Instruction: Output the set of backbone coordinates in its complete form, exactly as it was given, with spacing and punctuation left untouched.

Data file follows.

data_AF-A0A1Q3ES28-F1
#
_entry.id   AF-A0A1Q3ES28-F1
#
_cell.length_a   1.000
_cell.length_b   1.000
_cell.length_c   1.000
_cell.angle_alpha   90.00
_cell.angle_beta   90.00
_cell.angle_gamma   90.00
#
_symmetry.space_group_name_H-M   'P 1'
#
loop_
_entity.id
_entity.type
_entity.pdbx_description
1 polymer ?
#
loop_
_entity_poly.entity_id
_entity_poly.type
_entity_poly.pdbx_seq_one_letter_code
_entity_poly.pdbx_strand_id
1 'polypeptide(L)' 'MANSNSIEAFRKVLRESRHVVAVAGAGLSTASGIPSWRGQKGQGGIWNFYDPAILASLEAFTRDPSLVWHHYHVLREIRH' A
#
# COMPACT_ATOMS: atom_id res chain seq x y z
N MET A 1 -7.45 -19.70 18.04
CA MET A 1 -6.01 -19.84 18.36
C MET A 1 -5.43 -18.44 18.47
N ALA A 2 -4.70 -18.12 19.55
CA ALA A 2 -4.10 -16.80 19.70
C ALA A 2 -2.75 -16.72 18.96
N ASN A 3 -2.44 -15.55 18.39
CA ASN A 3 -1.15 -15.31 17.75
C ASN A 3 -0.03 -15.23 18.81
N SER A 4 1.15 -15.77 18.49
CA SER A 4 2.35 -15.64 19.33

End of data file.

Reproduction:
data_AF-A0A1Q3ES28-F1
#
_entry.id   AF-A0A1Q3ES28-F1
#
_cell.length_a   1.000
_cell.length_b   1.000
_cell.length_c   1.000
_cell.angle_alpha   90.00
_cell.angle_beta   90.00
_cell.angle_gamma   90.00
#
_symmetry.space_group_name_H-M   'P 1'
#
loop_
_entity.id
_entity.type
_entity.pdbx_description
1 polymer ?
#
loop_
_entity_poly.entity_id
_entity_poly.type
_entity_poly.pdbx_seq_one_letter_code
_entity_poly.pdbx_strand_id
1 'polypeptide(L)' 'MANSNSIEAFRKVLRESRHVVAVAGAGLSTASGIPSWRGQKGQGGIWNFYDPAILASLEAFTRDPSLVWHHYHVLREIRH' A
#
# COMPACT_ATOMS: atom_id res chain seq x y z
N MET A 1 -7.45 -19.70 18.04
CA MET A 1 -6.01 -19.84 18.36
C MET A 1 -5.43 -18.44 18.47
N ALA A 2 -4.70 -18.12 19.55
CA ALA A 2 -4.10 -16.80 19.70
C ALA A 2 -2.75 -16.72 18.96
N ASN A 3 -2.44 -15.55 18.39
CA ASN A 3 -1.15 -15.31 17.75
C ASN A 3 -0.03 -15.23 18.81
N SER A 4 1.15 -15.77 18.49
CA SER A 4 2.35 -15.64 19.33